The range and depth of the Applebaum’s humanitarian work is extraordinary. They have been longstanding pillars of the Detroit Jewish community and major donors to Federation, for which Eugene serves on the Board of Governors. In 1999, Eugene and Marcia announced the largest capital gift in the history of Metro Detroit’s Jewish community through the Jewish Federation’s Millennium Campaign for Detroit’s Jewish Future, expanding and beautifying the 195-acre West Bloomfield Jewish Community Campus, which is named the EUGENE AND MARCIA APPLEBAUM JEWISH COMMUNITY CAMPUS. One of the most special endowments he has created is Tamarack Camp’s Applebaum Village, an enduring tribute to the summer camp that meant so much to him as a child.

Additionally, he is a co-founder of the Applebaum-Hermelin-Tauber Child Development Center in Israel; formed the Eugene and Marcia Applebaum Beth Hayeled Building and Jewish Parenting Center at Congregation Shaarey Zedek; and established the Eugene and Marcia Applebaum Professorial Chair at the Weizmann Institute of Science in Israel. He is a member of the Taubman Institute Advisory Board and also serves as an honorary chair of the Foundations’ Board of Advisors for the Detroit Jewish News Foundation.

“The Jewish News (JN) plays a very important role because it keeps us in touch with what is happening locally as well as what is happening around the country and around the world,” Applebaum said. “This will become our history in the years ahead and for future generations.”

Arthur Horwitz, JN publisher/executive editor, said, “Gene Applebaum has been part of the glue that has kept the Detroit Jewish community connected to its past, its future and the larger community that we inhabit. Gene has been a committed and passionate advocate of our independence, of our integrity and of the role we play and continue to play in telling the story of our community in all of its detail and regardless of where people are on the religious or political spectrum.”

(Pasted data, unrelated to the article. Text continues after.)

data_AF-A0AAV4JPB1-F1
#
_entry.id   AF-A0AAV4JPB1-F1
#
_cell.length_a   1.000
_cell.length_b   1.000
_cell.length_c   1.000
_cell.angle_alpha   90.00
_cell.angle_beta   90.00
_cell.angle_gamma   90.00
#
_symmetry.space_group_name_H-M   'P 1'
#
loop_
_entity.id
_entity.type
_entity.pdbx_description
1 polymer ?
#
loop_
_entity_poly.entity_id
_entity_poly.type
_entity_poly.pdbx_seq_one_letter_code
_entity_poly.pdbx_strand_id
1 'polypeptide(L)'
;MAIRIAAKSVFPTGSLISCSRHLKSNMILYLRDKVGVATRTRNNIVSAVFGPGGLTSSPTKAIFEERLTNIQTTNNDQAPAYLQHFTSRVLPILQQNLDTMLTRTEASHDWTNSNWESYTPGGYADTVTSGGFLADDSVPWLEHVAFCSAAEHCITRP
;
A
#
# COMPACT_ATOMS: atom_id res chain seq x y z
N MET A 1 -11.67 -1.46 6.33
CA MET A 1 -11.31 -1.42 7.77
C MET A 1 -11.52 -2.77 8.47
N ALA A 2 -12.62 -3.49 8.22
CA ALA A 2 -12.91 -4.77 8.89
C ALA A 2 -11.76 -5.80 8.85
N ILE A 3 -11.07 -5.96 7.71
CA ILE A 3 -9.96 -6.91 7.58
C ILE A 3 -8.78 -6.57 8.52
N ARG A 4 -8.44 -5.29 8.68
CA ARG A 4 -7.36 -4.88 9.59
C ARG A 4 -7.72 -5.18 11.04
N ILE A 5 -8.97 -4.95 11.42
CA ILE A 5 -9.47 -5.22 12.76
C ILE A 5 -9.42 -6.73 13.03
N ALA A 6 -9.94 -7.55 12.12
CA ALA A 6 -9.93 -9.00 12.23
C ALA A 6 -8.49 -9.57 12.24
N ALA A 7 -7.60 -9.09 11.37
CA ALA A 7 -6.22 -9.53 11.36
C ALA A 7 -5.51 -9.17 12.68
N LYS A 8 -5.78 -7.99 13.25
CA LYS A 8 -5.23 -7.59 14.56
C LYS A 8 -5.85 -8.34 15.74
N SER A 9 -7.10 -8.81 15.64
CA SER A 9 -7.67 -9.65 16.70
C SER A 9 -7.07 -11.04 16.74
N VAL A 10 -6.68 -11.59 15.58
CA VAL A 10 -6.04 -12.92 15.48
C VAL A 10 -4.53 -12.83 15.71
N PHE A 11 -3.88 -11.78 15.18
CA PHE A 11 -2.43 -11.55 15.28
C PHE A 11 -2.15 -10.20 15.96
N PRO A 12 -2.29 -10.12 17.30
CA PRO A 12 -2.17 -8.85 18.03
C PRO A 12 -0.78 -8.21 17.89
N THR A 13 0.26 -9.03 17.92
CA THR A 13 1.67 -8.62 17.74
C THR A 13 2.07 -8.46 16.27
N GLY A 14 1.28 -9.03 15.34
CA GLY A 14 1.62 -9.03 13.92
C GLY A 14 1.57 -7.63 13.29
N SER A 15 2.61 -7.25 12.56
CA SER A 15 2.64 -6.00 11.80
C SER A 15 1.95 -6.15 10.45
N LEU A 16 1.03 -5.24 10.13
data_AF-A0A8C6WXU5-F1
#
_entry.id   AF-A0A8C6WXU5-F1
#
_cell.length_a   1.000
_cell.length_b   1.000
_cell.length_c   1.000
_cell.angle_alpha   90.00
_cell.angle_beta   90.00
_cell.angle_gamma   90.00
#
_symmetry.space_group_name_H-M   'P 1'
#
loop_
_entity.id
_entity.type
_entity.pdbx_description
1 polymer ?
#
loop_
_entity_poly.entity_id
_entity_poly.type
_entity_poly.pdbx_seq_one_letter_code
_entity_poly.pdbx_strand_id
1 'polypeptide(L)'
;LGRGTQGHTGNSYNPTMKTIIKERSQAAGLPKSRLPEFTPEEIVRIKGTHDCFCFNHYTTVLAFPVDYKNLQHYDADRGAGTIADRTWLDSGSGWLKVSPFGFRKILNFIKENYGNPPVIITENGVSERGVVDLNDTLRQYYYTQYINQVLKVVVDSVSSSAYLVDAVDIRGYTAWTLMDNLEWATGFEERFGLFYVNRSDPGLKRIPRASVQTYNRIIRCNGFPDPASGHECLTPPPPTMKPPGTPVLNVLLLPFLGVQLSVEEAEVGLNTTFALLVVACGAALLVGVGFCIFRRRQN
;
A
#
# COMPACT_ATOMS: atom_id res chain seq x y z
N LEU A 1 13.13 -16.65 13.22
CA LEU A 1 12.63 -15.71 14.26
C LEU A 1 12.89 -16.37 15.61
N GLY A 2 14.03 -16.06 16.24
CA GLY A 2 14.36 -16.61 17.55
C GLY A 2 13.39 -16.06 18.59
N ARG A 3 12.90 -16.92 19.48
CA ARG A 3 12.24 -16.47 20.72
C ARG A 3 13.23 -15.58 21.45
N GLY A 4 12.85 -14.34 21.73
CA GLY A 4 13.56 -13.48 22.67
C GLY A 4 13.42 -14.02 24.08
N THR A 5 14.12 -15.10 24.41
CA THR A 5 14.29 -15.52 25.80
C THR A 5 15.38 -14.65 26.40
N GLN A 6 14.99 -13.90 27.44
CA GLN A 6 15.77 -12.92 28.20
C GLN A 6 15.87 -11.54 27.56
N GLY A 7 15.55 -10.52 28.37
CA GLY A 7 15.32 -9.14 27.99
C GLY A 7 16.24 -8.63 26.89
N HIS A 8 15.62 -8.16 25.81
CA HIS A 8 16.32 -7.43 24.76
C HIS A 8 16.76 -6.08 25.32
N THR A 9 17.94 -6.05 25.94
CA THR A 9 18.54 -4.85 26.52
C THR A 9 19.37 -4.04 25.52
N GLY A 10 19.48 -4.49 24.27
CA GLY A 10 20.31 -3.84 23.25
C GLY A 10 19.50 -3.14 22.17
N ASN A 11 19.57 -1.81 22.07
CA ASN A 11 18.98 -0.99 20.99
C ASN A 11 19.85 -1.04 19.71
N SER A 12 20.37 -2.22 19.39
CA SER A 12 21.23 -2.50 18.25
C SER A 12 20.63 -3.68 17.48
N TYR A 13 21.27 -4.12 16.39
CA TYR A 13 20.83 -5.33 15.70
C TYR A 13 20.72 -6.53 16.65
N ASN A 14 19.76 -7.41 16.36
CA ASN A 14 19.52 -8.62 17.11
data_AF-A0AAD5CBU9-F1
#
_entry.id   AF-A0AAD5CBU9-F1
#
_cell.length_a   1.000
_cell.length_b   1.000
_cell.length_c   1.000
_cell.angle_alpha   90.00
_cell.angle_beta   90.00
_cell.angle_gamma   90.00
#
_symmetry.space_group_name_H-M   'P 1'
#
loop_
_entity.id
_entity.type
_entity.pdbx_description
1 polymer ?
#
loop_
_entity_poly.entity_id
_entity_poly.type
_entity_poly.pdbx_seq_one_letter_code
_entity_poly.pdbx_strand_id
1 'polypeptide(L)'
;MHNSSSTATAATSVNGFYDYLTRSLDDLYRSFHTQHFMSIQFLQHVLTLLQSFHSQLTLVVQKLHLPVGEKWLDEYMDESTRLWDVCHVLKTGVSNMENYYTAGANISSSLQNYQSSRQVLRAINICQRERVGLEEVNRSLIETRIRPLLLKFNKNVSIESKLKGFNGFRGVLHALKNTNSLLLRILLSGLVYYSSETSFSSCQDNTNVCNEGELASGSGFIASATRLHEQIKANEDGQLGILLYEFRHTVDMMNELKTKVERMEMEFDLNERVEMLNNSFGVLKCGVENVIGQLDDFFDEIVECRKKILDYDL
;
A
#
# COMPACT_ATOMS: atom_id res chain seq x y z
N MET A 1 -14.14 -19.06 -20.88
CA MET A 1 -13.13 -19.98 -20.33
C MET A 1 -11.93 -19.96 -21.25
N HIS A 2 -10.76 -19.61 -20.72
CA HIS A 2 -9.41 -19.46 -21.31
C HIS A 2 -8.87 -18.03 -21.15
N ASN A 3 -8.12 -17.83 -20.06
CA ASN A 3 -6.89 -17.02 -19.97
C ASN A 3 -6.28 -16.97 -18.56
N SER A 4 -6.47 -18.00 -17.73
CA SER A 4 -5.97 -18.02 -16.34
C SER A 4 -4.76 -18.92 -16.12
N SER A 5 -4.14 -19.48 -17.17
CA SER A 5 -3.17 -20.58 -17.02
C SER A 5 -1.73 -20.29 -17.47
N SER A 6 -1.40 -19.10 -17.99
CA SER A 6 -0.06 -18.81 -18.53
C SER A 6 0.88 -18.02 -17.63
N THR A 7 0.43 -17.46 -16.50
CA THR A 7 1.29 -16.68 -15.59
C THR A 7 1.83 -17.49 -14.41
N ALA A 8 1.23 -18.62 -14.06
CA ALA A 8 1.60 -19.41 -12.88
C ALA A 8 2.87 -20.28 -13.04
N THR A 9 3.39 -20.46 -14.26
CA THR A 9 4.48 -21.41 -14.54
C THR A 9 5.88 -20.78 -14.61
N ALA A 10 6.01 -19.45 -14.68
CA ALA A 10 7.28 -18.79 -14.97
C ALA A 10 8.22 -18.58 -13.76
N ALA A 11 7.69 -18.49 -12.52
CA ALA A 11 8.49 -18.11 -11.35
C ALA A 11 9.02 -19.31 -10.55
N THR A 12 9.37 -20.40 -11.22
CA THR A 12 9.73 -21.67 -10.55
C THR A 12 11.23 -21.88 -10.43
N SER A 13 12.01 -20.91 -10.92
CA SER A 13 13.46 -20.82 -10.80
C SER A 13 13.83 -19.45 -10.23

Eugene and Marcia also have been extremely active in the field of healthcare, where their vision and generosity are making a profound impact on the future of medicine. Mr. Applebaum was diagnosed with multiple sclerosis twenty-five years ago, and since that time they have contributed greatly toward research on this and related diseases, much at the Mayo Clinic. Today,  The  Mayo Clinic Eugene And Marcia Applebaum Neuroscience Center is the nation’s premier neuroscience research center.

Says Michael Camilleri, M.D., Executive Dean, Department of Development, Mayo Clinic, “Gene is an inspiration for his courageous battle against multiple sclerosis. Although challenged by MS, this devastating disease will never define him. The Applebaums choose to fight MS through extraordinary generosity to our researchers and physicians who work toward a cure.”

Mr. Applebaum also has been a longtime leading contributor to his alma mater, Wayne State University, which has renamed its pharmacy school the EUGENE APPLEBAUM COLLEGE OF PHARMACY AND HEALTH SCIENCES.

Irvin D. Reid, WSU president emeritus who met Applebaum a month before he became president in 1997, called it an immediate meeting of the minds.

“I thought of Wayne State as a premier urban research university, one that needed to relate to the city of Detroit,” Reid said. “One of the people I would bounce ideas off of was Gene.”